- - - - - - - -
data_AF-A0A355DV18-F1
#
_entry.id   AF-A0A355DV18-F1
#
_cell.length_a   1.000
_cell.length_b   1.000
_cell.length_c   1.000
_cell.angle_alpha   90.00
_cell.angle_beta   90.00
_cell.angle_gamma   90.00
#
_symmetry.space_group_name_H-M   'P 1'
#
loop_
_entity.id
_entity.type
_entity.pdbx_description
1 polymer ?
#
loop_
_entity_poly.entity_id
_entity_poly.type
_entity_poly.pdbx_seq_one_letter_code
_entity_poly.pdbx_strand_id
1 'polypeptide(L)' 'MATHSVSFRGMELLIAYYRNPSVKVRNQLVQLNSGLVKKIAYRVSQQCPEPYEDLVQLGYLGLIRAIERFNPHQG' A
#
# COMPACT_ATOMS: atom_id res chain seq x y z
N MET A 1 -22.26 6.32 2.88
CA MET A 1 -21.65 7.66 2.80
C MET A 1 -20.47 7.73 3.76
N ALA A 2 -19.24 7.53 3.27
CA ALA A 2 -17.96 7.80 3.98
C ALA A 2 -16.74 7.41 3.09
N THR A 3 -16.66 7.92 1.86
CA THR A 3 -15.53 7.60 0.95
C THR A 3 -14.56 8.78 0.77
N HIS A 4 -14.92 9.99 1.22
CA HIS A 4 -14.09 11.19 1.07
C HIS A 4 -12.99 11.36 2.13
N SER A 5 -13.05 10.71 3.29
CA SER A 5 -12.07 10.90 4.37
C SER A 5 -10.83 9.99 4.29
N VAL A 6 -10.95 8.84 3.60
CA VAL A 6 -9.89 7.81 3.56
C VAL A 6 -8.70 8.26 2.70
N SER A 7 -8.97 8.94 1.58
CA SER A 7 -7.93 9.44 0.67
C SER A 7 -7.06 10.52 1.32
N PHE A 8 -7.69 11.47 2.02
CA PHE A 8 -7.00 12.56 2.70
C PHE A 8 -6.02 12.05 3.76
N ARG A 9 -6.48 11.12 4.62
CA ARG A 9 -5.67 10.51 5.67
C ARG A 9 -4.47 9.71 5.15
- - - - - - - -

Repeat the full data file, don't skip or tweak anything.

data_AF-A0A355DV18-F1
#
_entry.id   AF-A0A355DV18-F1
#
_cell.length_a   1.000
_cell.length_b   1.000
_cell.length_c   1.000
_cell.angle_alpha   90.00
_cell.angle_beta   90.00
_cell.angle_gamma   90.00
#
_symmetry.space_group_name_H-M   'P 1'
#
loop_
_entity.id
_entity.type
_entity.pdbx_description
1 polymer ?
#
loop_
_entity_poly.entity_id
_entity_poly.type
_entity_poly.pdbx_seq_one_letter_code
_entity_poly.pdbx_strand_id
1 'polypeptide(L)' 'MATHSVSFRGMELLIAYYRNPSVKVRNQLVQLNSGLVKKIAYRVSQQCPEPYEDLVQLGYLGLIRAIERFNPHQG' A
#
# COMPACT_ATOMS: atom_id res chain seq x y z
N MET A 1 -22.26 6.32 2.88
CA MET A 1 -21.65 7.66 2.80
C MET A 1 -20.47 7.73 3.76
N ALA A 2 -19.24 7.53 3.27
CA ALA A 2 -17.96 7.80 3.98
C ALA A 2 -16.74 7.41 3.09
N THR A 3 -16.66 7.92 1.86
CA THR A 3 -15.53 7.60 0.95
C THR A 3 -14.56 8.78 0.77
N HIS A 4 -14.92 9.99 1.22
CA HIS A 4 -14.09 11.19 1.07
C HIS A 4 -12.99 11.36 2.13
N SER A 5 -13.05 10.71 3.29
CA SER A 5 -12.07 10.90 4.37
C SER A 5 -10.83 9.99 4.29
N VAL A 6 -10.95 8.84 3.60
CA VAL A 6 -9.89 7.81 3.56
C VAL A 6 -8.70 8.26 2.70
N SER A 7 -8.97 8.94 1.58
CA SER A 7 -7.93 9.44 0.67
C SER A 7 -7.06 10.52 1.32
N PHE A 8 -7.69 11.47 2.02
CA PHE A 8 -7.00 12.56 2.70
C PHE A 8 -6.02 12.05 3.76
N ARG A 9 -6.48 11.12 4.62
CA ARG A 9 -5.67 10.51 5.67
C ARG A 9 -4.47 9.71 5.15